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Overview of this presentation

  • Smalltalk & Ruby are deeply interrelated.

  • Much of the same syntax between the two languages

  • From 1970s Smalltalk was the language to watch

  • Smalltalk epitomized Object Orientated Design

  • Described C++ as a mans language (need balls to code in it and make it work)

  • Describes Java as an estrogen type language (presuming he means only women code in it?)

  • Smalltalk had a productivity benefit of a factor of 5. Compared to a C application.

  • Refactoring in Smalltalk was a breeze

  • What killed Smalltalk? ( umm, at this stage I have no idea, he jumps to a new topic)

  • Definition of clean code - "when you look at a routine and its pretty much what you expected"

  • Best metric for clean code is 0 WTFs per minute

  • What killed Smalltalk is that it was just too easy to make a mess (Finally, 20 mins in!) Quote from Ward Cunningham

  • So easy to make an indirect and impenetrable system over time

  • Companies developing in Smalltalk were screwed up at the time

  • You can make a mess in Ruby, simple, elegant, wonderful language; still easy to make a mess

  • Projects in Ruby start well, but the framework is often violated over time; making a mess...

  • Boyscout rule, leave the campground cleaner than when you entered it. (Actual quote - leave life better than you found it) - apply this to your source code. Would make code get better and better as time goes by. Most of the time, cleaning code is hard!

  • Quote of the presentation - "If you touch it, you will break it. If you break it, it becomes yours. The best policy is to walk away, run. the messes are hard to clean"

  • Test Driven Development is the solution

  • Rails and Ruby is great for Test Driven Development.

  • Other languages have TDD, was born in Smalltalk.

  • Talks about TDD methods; If you follow TDD, regularly write and run tests, then there is no fear to change code.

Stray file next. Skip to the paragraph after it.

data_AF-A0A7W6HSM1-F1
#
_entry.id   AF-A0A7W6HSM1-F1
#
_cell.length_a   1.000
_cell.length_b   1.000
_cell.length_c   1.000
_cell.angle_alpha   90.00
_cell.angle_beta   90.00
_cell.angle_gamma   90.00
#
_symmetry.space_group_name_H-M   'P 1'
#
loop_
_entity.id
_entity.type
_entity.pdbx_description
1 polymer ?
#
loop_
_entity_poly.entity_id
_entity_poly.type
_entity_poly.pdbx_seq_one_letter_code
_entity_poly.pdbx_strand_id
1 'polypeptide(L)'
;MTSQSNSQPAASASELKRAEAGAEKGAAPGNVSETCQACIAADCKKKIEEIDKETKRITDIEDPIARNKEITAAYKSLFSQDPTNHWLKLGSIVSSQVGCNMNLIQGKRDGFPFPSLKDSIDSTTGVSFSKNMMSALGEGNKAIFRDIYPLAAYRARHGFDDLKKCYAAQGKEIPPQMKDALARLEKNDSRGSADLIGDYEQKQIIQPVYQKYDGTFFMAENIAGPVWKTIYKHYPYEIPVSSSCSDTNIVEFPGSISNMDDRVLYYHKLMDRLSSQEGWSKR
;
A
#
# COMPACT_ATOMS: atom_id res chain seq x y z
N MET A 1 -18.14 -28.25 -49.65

• Nothing makes a system more maintainable than a suite of tests

  • He loves Rspec and Cucumber (Behaviour Driven Development BDD)

  • TDD never really became a part of Smalltalks culture but is integral to the Ruby community

  • TDD will keep your code clean

  • There was an arrogance to the Smalltalk community ( I sometimes can see this in the Ruby community )

  • Our tools are so good, our language is so good we don't need to follow the rules. Smalltalk people didn't want to do regular programming (Enterprise Applications, etc)

  • Your language may be powerful, but you must be careful with it. just because we can do a thing, it does not necessarily mean we must do that thing (Star Trek quote) Us vs them feeling in the Smalltalk community.

  • Ruby community is not going to go down this path because:

  • Discipline - TDD makes you feel good inside

  • Professionalism - did the doctor wash their hands, did you write your tests?

  • Acceptance - we need to solve the dirty problems ( Need to adapt to the enterprises needs - do not solve only the problems you like.)

  • We have a great tool in Ruby, we can kill it, let's not do that!

My view

Great presentation style, he's quite funny. Very inspirational lecturer for developers confirming that TDD/BDD are the ways forward for software engineering.

About the presenter

Robert C. Martin has been a software professional since 1970. In the last 35 years, he has worked in various capacities on literally hundreds of software projects. He has authored "landmark" books on Agile Programming, Extreme Programming, UML, Object-Oriented Programming, and C++ Programming. He has published dozens of articles in various trade journals. Today, He is one of the software industry's leading authorities on Agile software development and is a regular speaker at international conferences and trade shows. He is a former editor of the C++ Report and currently writes a monthly Craftsman column for Software Development magazine.

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Jonathan Clarke


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Jonathan Clarke

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